Simon Callow’s translation of this celebrated French farce is a triumph of hilarious camp, full of double entendres, sparkly dresses and genuine affection. Georges and Albin are a gay couple, living above the Cage Aux Folles nightclub. Albin is its ageing star who still looks good in a frock, but is no longer the sexy sylph. Georges is the harassed manager, continually fending of crises. They bicker and squabble, but, as Michael Matus and Paul Hunter show, they still love each other anyway. But their world is about to be turned upside down. Georges’ son Laurent arrives and announces that he is getting married, and that his girlfriend and her parents are coming to stay. Unfortunately the parents are conservative in the extreme, and the father is running for election on a ticket of morality and rectitude. How can Georges rearrange and tame his gorgeously queeny household and survive their arrival? That is the central dilemma that drives the action, and it is quite a task!
Syrus Lowe is a total class act as the screamingly camp and beautiful employee, Jacob. He struts and pouts his way through the play with a charming outrageousness and his attempt to walk in men’s shoes instead of his high heels is a masterpiece of physical comedy. By the time Laurent’s girlfriend Muriel and her the parents arrive the apartment has been transformed from its boudoir aesthetic to something almost monastic, complete with crucifix, Tim Shorthall’s design creating the physical changes Laurent persuades Georges to make, in his attempt to portray a ‘respectable’ family. Of course, it all goes horribly wrong. Laurent has invited his absentee mother to dinner much to the horror of Georges and Albin, and Albin has given up in his attempt to play the masculine uncle, opting for a totally different role that complicates everything. As the dinner party goes rapidly downhill the club downstairs is plunging into chaos and Georges has to act. Throughout the play other drag artists appear from downstairs and a reporter snoops around, looking for dirt. The reporter is played by Mark Cameron, who also has a hilarious cameo as the butcher, a tough guy macho man who turns out to have an unlikely love of art.
Jez Bond has directed a gem of a play, tightly timed and focussed, but feeling like an outrageous disaster as all good farce should. I hope this gets a transfer after it’s life at the Park. It deserves it.
“fiercely and fearlessly full of rich dialogue that explores some of the deepest questions of human existence”
“The Sunset Limited”, by the American novelist, playwright and screenwriter Cormac McCarthy, was originally published as ‘A Novel in Dramatic Form’. What distinguishes this from a play is uncertain. What is certain, though, is that the award-winning writer’s unique style infuses each word and phrase with customary flamboyant bleakness that holds our attention to an almost uncomfortable degree.
Devoid of any real theme or plot, it is fiercely and fearlessly full of rich dialogue that explores some of the deepest questions of human existence. In the past, McCarthy has admitted that he respects only authors who “deal with issues of life and death”. Indeed, his nihilistic, almost existential approach can be off-putting on the surface, but his command of language and colloquial style effortlessly draw us into this short, one act play. And once we are in, what keeps us there – in this case – are the performances of Gary Beadle and Jasper Britton who play the two nameless characters.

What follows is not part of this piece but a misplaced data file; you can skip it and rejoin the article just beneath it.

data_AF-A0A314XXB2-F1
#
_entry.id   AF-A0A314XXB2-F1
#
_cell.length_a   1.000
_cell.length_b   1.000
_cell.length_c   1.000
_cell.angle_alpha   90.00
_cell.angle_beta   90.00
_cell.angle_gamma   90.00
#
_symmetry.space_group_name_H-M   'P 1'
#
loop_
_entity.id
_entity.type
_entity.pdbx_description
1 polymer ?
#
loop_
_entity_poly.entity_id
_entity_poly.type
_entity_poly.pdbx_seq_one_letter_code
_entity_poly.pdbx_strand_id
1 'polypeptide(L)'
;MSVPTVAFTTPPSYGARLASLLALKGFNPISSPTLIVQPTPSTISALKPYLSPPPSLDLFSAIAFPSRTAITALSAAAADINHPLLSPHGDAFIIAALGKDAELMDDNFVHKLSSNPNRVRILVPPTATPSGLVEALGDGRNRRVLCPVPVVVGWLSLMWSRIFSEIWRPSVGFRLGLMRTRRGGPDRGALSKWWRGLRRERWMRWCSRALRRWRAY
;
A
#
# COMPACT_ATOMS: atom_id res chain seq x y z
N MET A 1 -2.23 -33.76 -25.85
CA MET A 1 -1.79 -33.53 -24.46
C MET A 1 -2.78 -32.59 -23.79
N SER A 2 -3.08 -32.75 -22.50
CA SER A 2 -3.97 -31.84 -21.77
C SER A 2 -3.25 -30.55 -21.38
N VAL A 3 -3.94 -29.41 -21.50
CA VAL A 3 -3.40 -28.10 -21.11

Referred to only by the colour of their skin, Beadle is labelled ‘Black’, while Britton is ‘White’. All the action (or inaction) takes place in Black’s sparse, run-down tenement building. Black is an ex-convict while White is a professor. Sounds predictable and insensitively black and white, but any potential stereotyping is rapidly subverted and quashed. Black is cheerful; an optimist and evangelical Christian while White is an irredeemably miserable atheist. It becomes clear in the opening scene that Black has saved White from throwing himself under a train. (The title of the play derives from the name of the passenger train – The Sunset Limited – that travels from New Orleans to Los Angeles). Black has taken White back to his apartment and taken it upon himself to save White from any further attempts at suicide.
Beadle and Britton captivate throughout as we watch them steer their way through the ensuing debate. Nothing happens, beyond drinking coffee, or Black serving up a dish of reheated Creole cuisine from his fridge. But we are shaken to the core by their two opposing worlds, and our ideas are shattered by the crashing waves of their argument. Just as we think we are safely buoyed up by Black’s rolling tide of positivity, we are dangerously dragged back by the undertow of White’s nihilism. It is a raging debate, but comical too. “I long for the darkness” utters White, “If I thought that in death, I would meet the people I knew in life, I don’t know what I’d do. That would be the ultimate nightmare”. Britton beautifully seizes on the savagery of this pessimism but with a deadpan glee that brings out the humour. Beadle’s bible bashing counter arguments come with as many absurd and self-deprecating twists that remind us that we are being entertained rather than preached at.
The two actors’ natural performances transform McCarthy’s writing into a kind of poetry. Director Terry Johnson pitches them together in a slow dance that keeps the rhythm flowing and echoing in our heads long after we leave the theatre. The questions it has kicked up refuse to settle. After all – there are no real answers for them to settle on. But we, the audience, have the easier task: we can safely discuss these questions of life and death in the bar after the show, leaving the characters on the stage to make the life or death decisions.
The outlook is pitch-black and harsh, and seemingly a dead end, but nowhere else is a journey to nowhere such a pleasure.